Yesterday, I braved rush hour traffic, a near-empty tank of gas, and an atypical Northwest cold front to watch a friend’s JV game. I was also there to give Austin my son’s $314-$199 Nike cleats.
My son James wanted these cleats for the longest time, tracking the price for almost a year, trying to find any pair in his size 9. He finally found one available a few weeks into JV soccer season, after making his first tryouts.
I remember bringing them to his second, pre-season game. On the way, a part of my fan belt flew out, preventing me from getting to the stadium in time to hand over the cleats.
They waited until the first game of the season. He enjoyed the hell out of those cleats, proclaiming them as “comfortable” as he imagined — an important asset on the soccer pitch.
Two days later, the day before an even more important game against a rival high school, my son was at practice — 30 minutes left — going for the ball in a scrimmage when he felt his knee hyperextend backward and heard a pop.
He’d badly sprained his MCL, causing an avulsion fracture of the ligament. Two doctors told him he’d need to stop playing for six to eight weeks, effectively cutting my son out of his first season playing JV.
It’s been about three weeks of resting that knee, starting PT, and trying to keep the hinged brace on. About two days ago, I talked him into letting someone borrow the new cleats, someone who can still enjoy playing soccer this season.
James pushed back a little, talking about the cost of those precious cleats, how hard it was for him to find a pair in his size (most kids his age have larger feet), that there aren’t any other pair like it. He could still wear them to practice or even the last game if he somehow healed faster.
“But they’re just sitting in your room. Don’t you want someone to get some use out of them?”
“I like to look at them, mom,” like a trophy or something.
Finally, he gave in. “You’re right. I’m being selfish. I need to let them go.”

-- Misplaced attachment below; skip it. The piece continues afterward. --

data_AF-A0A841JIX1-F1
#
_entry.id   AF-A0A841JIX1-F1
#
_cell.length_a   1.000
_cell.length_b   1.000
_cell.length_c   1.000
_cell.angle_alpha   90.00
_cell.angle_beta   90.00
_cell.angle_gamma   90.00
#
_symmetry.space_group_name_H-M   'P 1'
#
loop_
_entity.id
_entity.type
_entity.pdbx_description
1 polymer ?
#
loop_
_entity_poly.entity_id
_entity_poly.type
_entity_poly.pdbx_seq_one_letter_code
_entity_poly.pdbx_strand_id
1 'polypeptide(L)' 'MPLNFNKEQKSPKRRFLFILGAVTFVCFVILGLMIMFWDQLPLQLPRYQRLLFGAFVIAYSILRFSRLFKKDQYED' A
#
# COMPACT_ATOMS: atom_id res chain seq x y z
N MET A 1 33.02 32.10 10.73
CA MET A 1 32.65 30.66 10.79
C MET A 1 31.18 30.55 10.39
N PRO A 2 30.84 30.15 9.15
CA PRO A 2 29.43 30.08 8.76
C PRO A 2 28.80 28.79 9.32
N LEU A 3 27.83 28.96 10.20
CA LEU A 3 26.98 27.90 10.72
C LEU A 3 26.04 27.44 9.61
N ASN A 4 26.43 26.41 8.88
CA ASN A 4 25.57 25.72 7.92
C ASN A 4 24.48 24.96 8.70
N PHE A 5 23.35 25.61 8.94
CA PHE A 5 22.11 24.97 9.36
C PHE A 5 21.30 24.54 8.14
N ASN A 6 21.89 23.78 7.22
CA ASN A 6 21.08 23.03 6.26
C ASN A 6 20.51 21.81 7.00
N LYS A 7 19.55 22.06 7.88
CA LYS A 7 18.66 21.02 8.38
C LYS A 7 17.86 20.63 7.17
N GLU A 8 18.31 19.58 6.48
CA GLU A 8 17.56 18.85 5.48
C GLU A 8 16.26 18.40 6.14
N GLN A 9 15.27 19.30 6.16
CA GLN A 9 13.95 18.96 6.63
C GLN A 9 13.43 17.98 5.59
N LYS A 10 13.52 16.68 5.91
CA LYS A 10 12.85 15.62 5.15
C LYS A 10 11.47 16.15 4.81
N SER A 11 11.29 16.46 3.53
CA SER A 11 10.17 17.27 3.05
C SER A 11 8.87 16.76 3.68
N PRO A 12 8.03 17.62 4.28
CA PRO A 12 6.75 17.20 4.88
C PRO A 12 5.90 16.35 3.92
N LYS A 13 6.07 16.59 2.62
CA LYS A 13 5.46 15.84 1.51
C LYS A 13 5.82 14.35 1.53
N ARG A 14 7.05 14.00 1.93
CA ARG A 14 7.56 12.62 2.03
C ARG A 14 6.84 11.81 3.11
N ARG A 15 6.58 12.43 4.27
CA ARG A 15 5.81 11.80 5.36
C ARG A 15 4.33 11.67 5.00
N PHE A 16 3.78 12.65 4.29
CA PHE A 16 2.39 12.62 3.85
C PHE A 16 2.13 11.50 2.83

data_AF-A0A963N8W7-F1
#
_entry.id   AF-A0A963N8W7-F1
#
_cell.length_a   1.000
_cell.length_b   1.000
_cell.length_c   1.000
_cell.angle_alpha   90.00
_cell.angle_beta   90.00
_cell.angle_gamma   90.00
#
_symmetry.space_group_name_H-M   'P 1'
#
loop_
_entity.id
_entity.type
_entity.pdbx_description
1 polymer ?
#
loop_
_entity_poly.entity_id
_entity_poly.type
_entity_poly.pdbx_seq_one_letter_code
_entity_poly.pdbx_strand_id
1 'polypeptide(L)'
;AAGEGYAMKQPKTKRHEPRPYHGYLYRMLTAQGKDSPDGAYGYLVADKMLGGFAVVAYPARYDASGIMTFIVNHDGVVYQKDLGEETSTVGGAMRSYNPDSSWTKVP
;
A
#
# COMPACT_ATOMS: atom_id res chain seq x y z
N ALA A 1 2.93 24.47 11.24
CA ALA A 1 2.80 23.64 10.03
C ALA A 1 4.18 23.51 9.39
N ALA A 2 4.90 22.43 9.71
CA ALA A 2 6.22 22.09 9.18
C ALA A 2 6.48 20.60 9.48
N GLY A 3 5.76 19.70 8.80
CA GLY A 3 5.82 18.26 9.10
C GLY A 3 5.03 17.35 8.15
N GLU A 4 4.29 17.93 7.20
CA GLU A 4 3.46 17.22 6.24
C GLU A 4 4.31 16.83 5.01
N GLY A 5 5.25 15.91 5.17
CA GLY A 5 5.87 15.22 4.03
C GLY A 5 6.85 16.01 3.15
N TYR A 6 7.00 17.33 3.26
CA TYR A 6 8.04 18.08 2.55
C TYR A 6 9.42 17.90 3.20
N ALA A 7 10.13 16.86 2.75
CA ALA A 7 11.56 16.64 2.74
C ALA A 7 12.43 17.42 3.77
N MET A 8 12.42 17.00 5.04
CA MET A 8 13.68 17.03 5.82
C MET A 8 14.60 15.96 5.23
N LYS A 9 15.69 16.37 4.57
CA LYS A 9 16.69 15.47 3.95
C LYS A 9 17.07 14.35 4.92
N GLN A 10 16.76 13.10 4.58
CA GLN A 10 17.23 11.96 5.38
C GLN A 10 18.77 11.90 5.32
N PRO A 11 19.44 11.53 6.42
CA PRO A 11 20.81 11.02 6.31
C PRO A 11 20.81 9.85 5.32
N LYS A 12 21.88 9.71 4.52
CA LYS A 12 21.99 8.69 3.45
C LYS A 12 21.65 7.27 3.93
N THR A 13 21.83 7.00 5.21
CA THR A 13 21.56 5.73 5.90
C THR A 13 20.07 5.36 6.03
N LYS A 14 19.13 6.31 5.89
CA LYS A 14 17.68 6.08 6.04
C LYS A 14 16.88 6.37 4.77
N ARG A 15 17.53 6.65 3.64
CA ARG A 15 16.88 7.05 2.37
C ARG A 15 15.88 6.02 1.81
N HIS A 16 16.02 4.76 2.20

After going back and forth with his orthopedic doctor, another James, about wearing the hinged knee brace, we received this message from the office:
“I understand that James does not want to wear the brace. He should wear it for as long as was discussed. He should wear it until I see him again. Healing takes time. Bone healing takes less time than ligament healing. The last thing he wants is a loose, floppy ligament in his knee. That would set him up for arthritis at a young age and likely further injuries like ACL tear. And it bears mentioning that these would prevent participation in sports.
I’ll be seeing you in about 10 days. There’s a light at the end of the tunnel.
For a kid, it really sucks to sit at home while friends are outside having fun. I know, it’s happened to me way too many times, because my parents always had dinner an hour earlier than everyone else on my block.
My son had already received back-to-back rejections at soccer Select/Premier tryouts last spring and had to make-do with basically a throwaway team.
When he called to exuberantly say, “Mom, I made JV!” it was the happiest moment of his life. Pride and vindication. He couldn’t wait to play real, competitive soccer with his high school friends.
Now, he must turn his back on the game, the crowd, the cheering, the action, and focus only on rehabbing his knee. He must ignore the thrill of immediate gratification and glory to heal and recover, on the sidelines, a helpless spectator. He must tune out the noise and quietly go about the lonely process of healing.
He must watch his friends have the time of their lives, knowing he can’t go in there with them.
I like to quote the Tom Hanks character, another Jimmy, in one of my favorite movies, “A League Of Their Own.” In a scene with Geena Davis that still gives me chills, he tells her why baseball is worth all the sacrifice and suffering:
“It’s supposed to be hard. If it wasn’t hard, everyone would do it. The hard… is what makes it great.”
That’s life, James. Only those who aren’t afraid to tough out the hard times get stronger and grow to appreciate the good times. You’ll appreciate the good times even more, because you’ve earned them, every last one.
If success came easy, it wouldn’t mean as much. Honest to god, that’s true.
That quote isn’t just for my son, who has had to face so much disappointment in his young life. That quote’s also for me, a mom who’s had to watch her only child go through so much sacrifice and suffering, and hates that he only got to play one game in those special cleats.
We both need to let go.
And when we reach that light at the end of the tunnel, we’ll never forget what we’ve been through, so we can help the next person who finds himself in a similar situation.
That’s the real reason we’re here.
His precious cleats won’t go to waste.